Mysterious Florida tunnels’ secrets revealed

A newspaper article from almost 100 years ago has shed new light on the mysterious tunnel network beneath the historic neighborhood of Ybor City in Tampa, Fla.

A National Historic Landmark District, Ybor City is located northeast of downtown Tampa. The district’s tunnel network remains a source of fascination for historians and a recent report from Fox 13 gave a glimpse of the strange subterranean world.

One theory suggests that the tunnels were used by Prohibition-era smugglers and bootleggers. There has also been speculation that the tunnels were part of a network that transported Chinese prostitutes from Cuba to the Port of Tampa to Ybor City in the early 1900s.


A 1921 newspaper article, however, offers fresh clues as to the tunnels’ uses.

Michael Strickland, a professor at Amridge University and independent historical researcher, contacted Fox News after seeing the Sept. 25, 1921 issue of the Tampa Tribune.

A Tampa Tribune reporter accompanied police into the mysterious tunnels as part of an article. “Underground tunnels, hidden panels, solid, barred doors, veiled passages, lookout poops and signal devices, all relics of a bygone day and age in this city, were discovered,” the article says. “In addition, gambling paraphernalia of all kinds, celo tables, poker and bolita layouts, every device known to the ingenuous minds of the gambling fraternity, were found in what were once notorious resorts.”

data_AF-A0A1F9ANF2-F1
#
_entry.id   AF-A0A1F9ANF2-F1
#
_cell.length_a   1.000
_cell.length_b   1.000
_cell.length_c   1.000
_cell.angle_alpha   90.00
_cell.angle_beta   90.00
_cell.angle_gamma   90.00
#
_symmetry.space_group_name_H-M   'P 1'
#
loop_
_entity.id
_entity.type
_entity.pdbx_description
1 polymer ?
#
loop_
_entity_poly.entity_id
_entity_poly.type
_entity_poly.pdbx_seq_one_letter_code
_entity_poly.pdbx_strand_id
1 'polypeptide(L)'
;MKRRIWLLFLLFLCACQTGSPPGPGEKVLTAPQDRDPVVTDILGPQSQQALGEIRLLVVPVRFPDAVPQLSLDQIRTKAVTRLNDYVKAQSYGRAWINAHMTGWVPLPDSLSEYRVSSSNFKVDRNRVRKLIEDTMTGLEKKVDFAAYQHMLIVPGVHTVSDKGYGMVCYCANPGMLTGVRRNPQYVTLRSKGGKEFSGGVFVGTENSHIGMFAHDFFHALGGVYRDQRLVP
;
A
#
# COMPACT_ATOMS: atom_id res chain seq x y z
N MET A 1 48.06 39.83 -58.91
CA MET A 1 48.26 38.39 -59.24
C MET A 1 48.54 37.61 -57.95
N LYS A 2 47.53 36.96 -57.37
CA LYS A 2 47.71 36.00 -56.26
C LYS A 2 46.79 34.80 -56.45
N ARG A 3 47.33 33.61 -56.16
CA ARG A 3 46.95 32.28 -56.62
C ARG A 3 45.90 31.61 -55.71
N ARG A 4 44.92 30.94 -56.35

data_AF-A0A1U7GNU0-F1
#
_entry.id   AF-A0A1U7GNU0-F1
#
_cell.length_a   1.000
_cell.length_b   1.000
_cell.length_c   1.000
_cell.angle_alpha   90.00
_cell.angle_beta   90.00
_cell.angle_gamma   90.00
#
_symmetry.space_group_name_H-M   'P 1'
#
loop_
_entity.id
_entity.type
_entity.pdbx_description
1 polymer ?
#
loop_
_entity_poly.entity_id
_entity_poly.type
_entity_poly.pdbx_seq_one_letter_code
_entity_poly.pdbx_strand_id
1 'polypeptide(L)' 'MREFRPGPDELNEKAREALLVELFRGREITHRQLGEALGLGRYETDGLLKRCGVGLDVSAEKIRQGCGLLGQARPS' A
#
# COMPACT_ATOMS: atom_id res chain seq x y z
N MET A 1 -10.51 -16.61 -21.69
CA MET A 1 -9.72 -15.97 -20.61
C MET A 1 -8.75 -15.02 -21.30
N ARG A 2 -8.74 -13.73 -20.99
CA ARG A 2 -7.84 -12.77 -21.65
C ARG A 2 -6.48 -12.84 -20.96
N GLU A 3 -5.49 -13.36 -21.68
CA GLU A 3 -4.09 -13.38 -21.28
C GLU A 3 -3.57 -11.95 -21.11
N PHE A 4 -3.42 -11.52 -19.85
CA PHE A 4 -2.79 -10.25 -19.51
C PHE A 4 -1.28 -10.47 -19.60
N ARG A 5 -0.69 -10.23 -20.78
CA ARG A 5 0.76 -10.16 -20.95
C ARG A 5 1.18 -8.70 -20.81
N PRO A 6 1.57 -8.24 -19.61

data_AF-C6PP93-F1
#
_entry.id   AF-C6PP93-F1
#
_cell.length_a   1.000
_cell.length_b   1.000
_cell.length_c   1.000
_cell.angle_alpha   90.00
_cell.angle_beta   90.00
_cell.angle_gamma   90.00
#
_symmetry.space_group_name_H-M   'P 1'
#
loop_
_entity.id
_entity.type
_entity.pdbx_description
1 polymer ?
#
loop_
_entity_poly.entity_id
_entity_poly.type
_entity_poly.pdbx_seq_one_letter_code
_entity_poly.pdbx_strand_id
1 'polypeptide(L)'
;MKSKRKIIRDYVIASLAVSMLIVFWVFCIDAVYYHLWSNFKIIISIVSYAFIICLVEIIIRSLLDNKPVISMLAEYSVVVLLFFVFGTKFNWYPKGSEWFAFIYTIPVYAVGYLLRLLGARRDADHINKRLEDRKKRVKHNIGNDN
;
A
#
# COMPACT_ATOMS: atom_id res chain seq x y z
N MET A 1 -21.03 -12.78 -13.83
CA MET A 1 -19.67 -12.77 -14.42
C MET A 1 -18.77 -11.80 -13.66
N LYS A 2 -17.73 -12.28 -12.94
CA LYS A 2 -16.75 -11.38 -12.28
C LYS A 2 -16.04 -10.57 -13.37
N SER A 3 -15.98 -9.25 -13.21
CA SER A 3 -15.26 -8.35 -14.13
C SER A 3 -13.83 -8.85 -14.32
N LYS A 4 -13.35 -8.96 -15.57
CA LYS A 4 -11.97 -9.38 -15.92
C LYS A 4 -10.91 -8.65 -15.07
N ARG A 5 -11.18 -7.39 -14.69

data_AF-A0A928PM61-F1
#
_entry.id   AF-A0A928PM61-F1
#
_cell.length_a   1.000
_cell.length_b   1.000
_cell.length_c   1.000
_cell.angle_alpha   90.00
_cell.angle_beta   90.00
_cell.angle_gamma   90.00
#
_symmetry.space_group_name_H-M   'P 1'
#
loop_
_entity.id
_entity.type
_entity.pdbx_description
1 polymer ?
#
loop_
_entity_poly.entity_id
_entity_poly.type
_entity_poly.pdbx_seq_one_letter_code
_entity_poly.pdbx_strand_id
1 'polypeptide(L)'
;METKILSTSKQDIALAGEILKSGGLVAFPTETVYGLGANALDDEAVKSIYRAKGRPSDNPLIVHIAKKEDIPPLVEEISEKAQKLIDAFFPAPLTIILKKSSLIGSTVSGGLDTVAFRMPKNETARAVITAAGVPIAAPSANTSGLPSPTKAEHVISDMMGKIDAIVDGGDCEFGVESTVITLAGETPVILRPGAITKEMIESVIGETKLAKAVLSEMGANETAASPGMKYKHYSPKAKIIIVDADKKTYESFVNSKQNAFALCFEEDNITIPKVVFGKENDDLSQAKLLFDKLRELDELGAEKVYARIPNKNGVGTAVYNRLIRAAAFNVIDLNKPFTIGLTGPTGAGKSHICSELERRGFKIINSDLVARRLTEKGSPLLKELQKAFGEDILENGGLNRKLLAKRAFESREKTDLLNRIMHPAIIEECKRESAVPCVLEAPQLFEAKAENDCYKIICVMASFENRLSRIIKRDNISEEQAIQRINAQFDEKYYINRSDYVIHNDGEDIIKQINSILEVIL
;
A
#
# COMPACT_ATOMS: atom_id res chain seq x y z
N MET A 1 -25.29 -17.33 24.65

“Organized vice as such no longer exists in this city,” declares the article’s headline, with the reporter noting that former gambling joints are empty.


Of course, it is possible that the tunnel network was put to various uses at different times in its history.

Founded in 1886, Ybor City is renowned for its rich architecture, which includes former cigar factories and social clubs. Fox News has reached out to Ybor City with a request for comment on this article.

The Tampa Tribune ceased publication in 2016.

Historic tunnels are also found in other U.S. cities, such as the Cobble Hill tunnel in Brooklyn. Built in 1844, the massive tunnel beneath a busy Brooklyn street has been described as the world’s oldest subway tunnel.

In Canada, a network of early 20th-century utility tunnels beneath the city of Moose Jaw, Saskatchewan, was used as shelter by Chinese immigrants and also by bootleggers in the 1920s. Some anecdotes even link Al Capone to the tunnels, although it has not been proved that the famous gangster visited Moose Jaw.

Follow James Rogers on Twitter @jamesjrogers